Starmer is taking a gamble by sitting out this crucial vote. Will it pay off?
Abstaining is a tricky game to play. It will always open a party up to allegations of looking weak and indecisive. Keir Starmer faces those allegations today, after the party announced it would be sitting out the vote on new Covid restrictions in England on Tuesday.
The paradox of abstaining is that each side will always want to present abstaining as something else: as effectively a vote foror against an issue – depending on your bias. Committed to getting a grip on the virus, whatever it takes? Labour are betraying public health by sitting out. Committed to opposing ‘repressive’ restrictions? Labour are failing British businesses and liberty. It’s a tough battle to win.
Starmer has absolutely taken a gamble by abstaining on the new Covid restrictions, and it’s this: that the Tories will come out looking worse through their split being clear to see, than Labour will by lacking ‘leadership’ and sitting out on a crucial issue. The values get a little lost along the way, but then again – Parliament is powered by tactics.
The Tory divides are pretty embarrassing for the government, that’s for sure. Johnson is being assailed by the Covid Recovery Group – which features many of the same faces as the hard-line European Research Group that did so much to push us towards No Deal. Over 70 of his own Tory MPs could vote against the restrictions.
But Labour’s move could also embolden these voices. Labour’s decision to abstain in effect amplifies Parliament’s anti-lockdown activists – at a time when we should be doubling down on the virus in the last few months before a vaccine is rolled out. The libertarians would otherwise be on the backfoot: after all, why risk a third wave when we’re so close to immunity? It would be beyond tragic. We will not see a united front from Labour and Tory front benches today: Labour will instead (perhaps fairly) allow ministers to be savaged by their own backbenchers all afternoon.
Of course, Starmer’s gamble is put at risk by the fact that Labour’s own divides could also be fairly clear to see, if a significant number of Labour MPs vote for/against the restrictions.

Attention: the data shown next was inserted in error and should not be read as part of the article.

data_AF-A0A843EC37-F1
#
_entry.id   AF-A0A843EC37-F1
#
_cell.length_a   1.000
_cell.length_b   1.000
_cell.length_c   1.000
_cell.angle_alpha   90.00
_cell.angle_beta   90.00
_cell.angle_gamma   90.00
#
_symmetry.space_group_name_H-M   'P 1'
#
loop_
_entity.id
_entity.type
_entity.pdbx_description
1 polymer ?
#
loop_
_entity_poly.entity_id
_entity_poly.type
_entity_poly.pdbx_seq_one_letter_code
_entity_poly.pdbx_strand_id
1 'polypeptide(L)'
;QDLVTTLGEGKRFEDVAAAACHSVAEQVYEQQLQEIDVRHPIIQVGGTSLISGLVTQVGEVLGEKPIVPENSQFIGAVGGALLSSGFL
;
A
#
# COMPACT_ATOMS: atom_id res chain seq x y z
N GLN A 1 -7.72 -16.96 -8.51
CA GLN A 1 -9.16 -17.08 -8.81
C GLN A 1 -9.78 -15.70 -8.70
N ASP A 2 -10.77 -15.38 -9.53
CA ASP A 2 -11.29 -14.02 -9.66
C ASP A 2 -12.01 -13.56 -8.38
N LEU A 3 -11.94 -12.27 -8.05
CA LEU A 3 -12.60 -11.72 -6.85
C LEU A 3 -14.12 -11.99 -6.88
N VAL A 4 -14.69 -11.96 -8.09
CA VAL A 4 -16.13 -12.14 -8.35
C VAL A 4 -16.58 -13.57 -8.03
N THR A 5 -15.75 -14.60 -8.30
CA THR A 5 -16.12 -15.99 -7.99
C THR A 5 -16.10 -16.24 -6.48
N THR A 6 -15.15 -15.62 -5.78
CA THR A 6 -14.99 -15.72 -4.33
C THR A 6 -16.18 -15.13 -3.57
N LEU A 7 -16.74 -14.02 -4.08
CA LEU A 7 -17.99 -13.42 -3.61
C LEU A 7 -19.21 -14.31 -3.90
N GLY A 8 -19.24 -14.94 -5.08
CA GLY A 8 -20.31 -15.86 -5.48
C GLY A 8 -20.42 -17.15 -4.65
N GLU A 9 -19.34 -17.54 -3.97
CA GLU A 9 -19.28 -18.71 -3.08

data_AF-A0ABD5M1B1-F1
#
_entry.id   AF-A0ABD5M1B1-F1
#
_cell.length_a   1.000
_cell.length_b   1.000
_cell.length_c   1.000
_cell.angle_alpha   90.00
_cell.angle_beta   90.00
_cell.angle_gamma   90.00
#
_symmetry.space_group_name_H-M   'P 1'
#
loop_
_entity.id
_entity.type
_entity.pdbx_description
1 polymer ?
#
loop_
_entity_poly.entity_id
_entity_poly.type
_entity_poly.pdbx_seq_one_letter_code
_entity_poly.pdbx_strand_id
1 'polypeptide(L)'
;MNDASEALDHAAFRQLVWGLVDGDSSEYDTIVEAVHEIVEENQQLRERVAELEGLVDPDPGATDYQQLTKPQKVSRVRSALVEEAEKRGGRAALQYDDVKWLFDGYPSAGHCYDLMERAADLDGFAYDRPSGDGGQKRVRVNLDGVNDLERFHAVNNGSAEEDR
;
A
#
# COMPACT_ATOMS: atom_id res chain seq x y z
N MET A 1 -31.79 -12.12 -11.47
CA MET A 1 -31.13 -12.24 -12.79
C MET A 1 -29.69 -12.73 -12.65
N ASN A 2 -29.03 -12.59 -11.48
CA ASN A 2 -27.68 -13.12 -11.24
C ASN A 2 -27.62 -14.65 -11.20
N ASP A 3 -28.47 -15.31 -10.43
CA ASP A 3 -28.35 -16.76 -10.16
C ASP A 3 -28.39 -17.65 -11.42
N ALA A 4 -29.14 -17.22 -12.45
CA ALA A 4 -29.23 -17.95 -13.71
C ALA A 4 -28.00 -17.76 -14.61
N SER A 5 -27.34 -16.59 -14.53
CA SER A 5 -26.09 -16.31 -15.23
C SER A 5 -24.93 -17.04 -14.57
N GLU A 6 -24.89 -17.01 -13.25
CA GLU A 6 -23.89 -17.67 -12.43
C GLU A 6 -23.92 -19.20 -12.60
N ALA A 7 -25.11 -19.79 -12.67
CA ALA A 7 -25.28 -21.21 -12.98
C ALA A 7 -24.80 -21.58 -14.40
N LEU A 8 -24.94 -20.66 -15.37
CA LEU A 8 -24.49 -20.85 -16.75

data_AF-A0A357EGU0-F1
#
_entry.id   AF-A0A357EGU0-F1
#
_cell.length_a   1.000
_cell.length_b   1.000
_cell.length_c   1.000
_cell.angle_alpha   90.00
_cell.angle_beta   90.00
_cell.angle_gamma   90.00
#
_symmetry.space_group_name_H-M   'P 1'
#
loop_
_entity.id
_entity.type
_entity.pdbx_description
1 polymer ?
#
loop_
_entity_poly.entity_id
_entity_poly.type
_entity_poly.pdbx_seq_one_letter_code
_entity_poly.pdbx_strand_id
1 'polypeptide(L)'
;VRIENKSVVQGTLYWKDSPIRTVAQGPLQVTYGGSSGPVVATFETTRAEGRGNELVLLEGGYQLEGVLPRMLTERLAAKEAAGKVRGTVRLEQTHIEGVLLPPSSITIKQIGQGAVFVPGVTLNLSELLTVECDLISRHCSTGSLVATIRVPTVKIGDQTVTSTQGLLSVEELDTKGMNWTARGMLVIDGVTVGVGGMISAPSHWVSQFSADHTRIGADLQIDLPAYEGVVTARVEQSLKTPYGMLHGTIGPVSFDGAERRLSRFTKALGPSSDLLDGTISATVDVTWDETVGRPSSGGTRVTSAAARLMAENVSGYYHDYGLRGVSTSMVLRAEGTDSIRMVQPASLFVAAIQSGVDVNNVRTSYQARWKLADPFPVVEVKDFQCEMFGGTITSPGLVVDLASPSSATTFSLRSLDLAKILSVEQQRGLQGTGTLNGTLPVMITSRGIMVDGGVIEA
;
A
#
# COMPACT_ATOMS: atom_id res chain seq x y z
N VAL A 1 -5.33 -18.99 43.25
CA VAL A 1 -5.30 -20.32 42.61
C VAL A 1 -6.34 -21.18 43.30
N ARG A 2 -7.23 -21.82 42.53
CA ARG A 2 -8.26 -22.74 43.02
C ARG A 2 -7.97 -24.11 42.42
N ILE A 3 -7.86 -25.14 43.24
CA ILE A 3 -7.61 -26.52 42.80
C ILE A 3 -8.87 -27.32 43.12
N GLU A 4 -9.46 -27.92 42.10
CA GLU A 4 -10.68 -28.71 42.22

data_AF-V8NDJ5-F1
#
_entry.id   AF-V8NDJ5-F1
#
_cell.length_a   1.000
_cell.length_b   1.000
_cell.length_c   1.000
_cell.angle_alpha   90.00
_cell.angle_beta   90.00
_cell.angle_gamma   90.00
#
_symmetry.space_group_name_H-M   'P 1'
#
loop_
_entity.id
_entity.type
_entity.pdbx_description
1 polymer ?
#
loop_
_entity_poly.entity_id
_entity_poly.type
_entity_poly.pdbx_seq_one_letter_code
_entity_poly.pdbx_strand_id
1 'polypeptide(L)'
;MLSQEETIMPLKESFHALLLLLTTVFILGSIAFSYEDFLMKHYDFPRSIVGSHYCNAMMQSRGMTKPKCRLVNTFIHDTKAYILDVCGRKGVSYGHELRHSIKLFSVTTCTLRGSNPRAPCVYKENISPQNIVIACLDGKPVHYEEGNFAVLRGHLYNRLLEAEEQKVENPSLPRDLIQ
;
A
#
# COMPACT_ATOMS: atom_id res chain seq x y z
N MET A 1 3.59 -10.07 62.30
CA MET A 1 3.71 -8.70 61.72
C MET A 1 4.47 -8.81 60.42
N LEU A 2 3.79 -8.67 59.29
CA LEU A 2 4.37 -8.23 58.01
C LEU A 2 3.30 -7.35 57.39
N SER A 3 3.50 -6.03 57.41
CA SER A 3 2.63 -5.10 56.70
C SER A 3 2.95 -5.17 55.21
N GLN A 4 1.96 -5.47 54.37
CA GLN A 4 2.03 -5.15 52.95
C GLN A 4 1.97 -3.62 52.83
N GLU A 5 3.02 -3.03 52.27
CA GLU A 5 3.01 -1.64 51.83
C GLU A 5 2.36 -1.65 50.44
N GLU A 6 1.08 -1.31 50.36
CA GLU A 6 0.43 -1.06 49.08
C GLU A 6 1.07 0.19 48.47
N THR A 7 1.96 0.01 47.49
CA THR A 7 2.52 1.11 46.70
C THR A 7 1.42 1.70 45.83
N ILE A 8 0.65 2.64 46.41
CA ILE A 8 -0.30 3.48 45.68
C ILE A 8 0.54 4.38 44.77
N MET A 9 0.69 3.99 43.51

Labour’s Exeter MP Ben Bradshaw set out the public line fairly clearly: “We & the public understand the need for restrictions, but have had enough of the serial incompetence of this Government.” But others – for example Labour MPs in Tier 3 areas – are less impressed.
Before the abstention announcement on Tuesday night, Emma Lewell-Buck, Labour MP for South Shields, shot down the idea. Calling for more support for hospitality, the MP told ITV: “You’re not going to get the Government to look at a new approach if you keep abstaining and sitting on your hands… They need to be forced into that change of approach” – by Labour voting against.
Of the three options – voting the new tier arrangement down would appear most irresponsible, given that we are still in the middle of the pandemic. If today’s vote failed, Covid restrictions would end by law, and the government would be forced to use (far clunkier and less scrutinised) emergency powers to avoid another Covid surge. That would be an own goal, jeopardising public health efforts while boosting the Tory hard right.
205 people died of Covid on Monday – a damning number. But it’s far down on 492 the day before England’s second lockdown began. Three hundred more families mourning every day: each of them offers a stark reminder of the stakes here, which cannot easily be dismissed.
In the context of parliamentary parlour games, Labour’s abstention move is understandable. It could strengthen Labour’s hand in future votes, if it looks like the Tories will have to rely on Starmer’s troops.
What will have a bigger impact though: No 10’s line that Labour is offering ‘no leadership at all’, or the embarrassment of Johnson being more clearly assailed by his party’s hard right? We’ll find out soon enough. In the meantime, it is Starmer who is facing the loudest allegations of dereliction of duty – from all sides.
Josiah Mortimer is co-editor of Left Foot Forward.
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